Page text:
|Bubble-powered microrockets zoom have potential to zoom through the human stomach, other acidic environments|
|Thursday, 09 February 2012 17:17|
ScienceDaily (Feb. 8, 2012) — Scientists have developed a new kind of tiny motor -- which they term a "microrocket" -- that can propel itself through acidic environments, such as the human stomach, without any external energy source, opening the way to a variety of medical and industrial applications. Their report in the Journal of the American Chemical Society describes the microrockets traveling at virtual warp speed for such devices. A human moving at the same speed would have to run at a clip of 400 miles per hour.
Joseph Wang and colleagues explain that self-propelled nano- or microscale motors could have applications in targeted drug delivery or imaging in humans or as a way to monitor industrial applications, such as semiconductor processing. However, some versions of these small-scale motors are not self-propelled and require the addition of a fuel (commonly hydrogen peroxide). Other versions cannot withstand extreme environments such as the stomach, which is very acidic. That's why the researchers developed a new, tubular microrocket that can move itself without added fuels in very acidic conditions.
They tested the new microrocket in various acids and in acidified human blood serum. In such environments, a microrocket spontaneously produces bubbles of hydrogen gas, which propels it like the gases spewing out of a rocket's motor nozzle. The microrocket is ultrafast -- it can move farther than 100 times its 0.0004-inch length in just one second. In contrast to current devices of this kind, the microrocket's interior is lined with zinc, which is more biocompatible and "greener" than other materials and leads to the generation of the hydrogen bubbles. Wang's team also developed a version with a magnetic layer, which enabled them to guide the microrockets toward cargo for pick-up, transport and release.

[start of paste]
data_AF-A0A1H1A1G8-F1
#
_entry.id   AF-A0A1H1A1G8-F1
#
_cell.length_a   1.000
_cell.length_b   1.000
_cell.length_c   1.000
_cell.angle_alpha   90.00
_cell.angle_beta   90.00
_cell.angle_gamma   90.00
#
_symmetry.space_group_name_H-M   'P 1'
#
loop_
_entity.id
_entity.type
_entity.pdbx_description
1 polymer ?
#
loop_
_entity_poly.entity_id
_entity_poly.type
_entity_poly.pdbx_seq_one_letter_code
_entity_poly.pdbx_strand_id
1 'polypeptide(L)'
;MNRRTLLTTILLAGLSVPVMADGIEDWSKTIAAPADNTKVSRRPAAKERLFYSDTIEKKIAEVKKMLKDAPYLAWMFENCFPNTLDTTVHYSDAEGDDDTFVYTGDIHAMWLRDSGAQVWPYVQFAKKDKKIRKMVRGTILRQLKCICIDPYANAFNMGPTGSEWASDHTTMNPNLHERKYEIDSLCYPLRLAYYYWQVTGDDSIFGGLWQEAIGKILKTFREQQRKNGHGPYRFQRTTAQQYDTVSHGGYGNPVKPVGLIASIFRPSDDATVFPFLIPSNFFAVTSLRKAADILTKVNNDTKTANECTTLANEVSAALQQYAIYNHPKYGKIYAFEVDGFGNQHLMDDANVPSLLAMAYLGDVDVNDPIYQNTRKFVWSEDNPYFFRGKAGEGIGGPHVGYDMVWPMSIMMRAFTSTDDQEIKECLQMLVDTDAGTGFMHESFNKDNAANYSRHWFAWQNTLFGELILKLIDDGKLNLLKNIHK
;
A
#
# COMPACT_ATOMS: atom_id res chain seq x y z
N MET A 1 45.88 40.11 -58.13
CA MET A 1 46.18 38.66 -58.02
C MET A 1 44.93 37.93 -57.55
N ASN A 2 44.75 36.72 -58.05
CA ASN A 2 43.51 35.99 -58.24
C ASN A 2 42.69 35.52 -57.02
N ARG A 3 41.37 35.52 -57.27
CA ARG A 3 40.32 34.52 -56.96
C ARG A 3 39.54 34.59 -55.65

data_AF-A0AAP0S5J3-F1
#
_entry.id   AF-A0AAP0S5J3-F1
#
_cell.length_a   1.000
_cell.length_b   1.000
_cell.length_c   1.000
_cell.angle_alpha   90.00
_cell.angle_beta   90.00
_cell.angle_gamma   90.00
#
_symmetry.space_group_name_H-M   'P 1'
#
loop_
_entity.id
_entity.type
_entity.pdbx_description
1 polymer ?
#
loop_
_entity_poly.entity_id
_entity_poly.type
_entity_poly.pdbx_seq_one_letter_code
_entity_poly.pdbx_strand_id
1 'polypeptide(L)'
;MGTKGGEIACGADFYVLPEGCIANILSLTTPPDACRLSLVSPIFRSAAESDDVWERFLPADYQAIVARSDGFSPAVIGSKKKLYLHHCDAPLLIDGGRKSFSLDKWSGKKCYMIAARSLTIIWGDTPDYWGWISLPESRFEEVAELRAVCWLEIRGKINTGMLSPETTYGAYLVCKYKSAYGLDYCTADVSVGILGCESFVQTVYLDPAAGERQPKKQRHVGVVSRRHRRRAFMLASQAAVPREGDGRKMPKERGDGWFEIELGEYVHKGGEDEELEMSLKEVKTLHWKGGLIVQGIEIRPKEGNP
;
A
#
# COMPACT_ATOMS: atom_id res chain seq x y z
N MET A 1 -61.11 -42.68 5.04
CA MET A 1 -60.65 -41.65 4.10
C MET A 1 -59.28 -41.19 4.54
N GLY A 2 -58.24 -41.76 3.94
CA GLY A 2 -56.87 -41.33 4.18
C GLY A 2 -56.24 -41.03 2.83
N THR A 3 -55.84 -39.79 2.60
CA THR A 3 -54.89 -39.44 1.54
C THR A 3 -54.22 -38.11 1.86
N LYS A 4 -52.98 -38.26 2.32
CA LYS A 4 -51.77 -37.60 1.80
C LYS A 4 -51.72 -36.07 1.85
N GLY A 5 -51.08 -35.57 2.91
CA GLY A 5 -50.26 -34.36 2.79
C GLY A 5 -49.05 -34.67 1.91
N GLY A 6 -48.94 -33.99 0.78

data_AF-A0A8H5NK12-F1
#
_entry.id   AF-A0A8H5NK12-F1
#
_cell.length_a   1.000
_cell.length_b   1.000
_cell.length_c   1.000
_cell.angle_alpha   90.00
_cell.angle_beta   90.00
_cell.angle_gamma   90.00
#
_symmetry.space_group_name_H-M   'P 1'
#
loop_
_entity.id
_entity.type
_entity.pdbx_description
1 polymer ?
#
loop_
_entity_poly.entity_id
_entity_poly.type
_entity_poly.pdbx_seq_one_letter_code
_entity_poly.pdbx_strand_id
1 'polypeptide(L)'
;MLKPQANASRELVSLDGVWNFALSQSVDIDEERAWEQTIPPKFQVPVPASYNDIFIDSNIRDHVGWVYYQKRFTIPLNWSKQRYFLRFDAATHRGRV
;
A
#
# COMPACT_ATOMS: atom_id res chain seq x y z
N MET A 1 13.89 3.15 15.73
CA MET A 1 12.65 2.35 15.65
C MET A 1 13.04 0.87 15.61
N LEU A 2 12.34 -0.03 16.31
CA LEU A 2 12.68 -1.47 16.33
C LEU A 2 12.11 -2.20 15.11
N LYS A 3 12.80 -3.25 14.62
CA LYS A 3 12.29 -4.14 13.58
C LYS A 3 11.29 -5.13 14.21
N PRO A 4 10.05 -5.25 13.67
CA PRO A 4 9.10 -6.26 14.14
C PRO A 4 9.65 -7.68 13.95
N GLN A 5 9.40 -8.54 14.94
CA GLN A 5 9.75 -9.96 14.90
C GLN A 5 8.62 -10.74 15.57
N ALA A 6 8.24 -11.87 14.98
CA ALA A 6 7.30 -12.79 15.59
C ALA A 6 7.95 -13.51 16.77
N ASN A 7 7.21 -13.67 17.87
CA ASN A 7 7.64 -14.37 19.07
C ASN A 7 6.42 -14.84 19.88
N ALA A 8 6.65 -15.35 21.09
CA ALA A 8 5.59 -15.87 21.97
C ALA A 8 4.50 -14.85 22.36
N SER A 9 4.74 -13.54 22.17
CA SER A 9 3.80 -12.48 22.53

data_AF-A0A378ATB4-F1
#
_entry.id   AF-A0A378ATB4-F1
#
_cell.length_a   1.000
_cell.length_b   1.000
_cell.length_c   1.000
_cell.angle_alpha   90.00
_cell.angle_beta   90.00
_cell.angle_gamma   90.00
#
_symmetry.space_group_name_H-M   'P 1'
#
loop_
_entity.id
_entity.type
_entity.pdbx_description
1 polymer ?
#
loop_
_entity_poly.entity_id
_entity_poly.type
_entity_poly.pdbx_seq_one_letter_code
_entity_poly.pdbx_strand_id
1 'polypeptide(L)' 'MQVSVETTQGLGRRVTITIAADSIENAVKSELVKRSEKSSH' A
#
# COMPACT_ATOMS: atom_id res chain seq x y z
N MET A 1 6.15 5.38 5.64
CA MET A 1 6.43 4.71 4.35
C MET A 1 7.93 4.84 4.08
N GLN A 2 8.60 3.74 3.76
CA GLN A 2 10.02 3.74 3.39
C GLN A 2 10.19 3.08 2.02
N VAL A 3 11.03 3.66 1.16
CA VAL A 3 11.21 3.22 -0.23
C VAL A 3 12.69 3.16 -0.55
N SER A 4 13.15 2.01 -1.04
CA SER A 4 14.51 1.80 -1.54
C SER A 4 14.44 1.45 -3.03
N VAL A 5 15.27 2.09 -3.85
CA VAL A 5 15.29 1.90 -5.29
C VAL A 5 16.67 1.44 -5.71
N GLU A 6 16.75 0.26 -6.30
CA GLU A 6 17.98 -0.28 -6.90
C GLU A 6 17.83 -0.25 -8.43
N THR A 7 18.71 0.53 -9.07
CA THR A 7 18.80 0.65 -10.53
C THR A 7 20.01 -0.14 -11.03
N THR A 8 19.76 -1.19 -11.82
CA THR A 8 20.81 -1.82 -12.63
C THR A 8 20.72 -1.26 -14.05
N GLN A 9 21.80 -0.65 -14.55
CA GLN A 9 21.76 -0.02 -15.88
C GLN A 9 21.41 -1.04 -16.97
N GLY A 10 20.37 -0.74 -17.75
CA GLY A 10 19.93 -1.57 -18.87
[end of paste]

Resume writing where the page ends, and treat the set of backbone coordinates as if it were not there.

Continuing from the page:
Note: If no author is given, the source is cited instead.
Disclaimer: This article is not intended to provide medical advice, diagnosis or treatment. Views expressed here do not necessarily reflect those of ScienceDaily or its staff.
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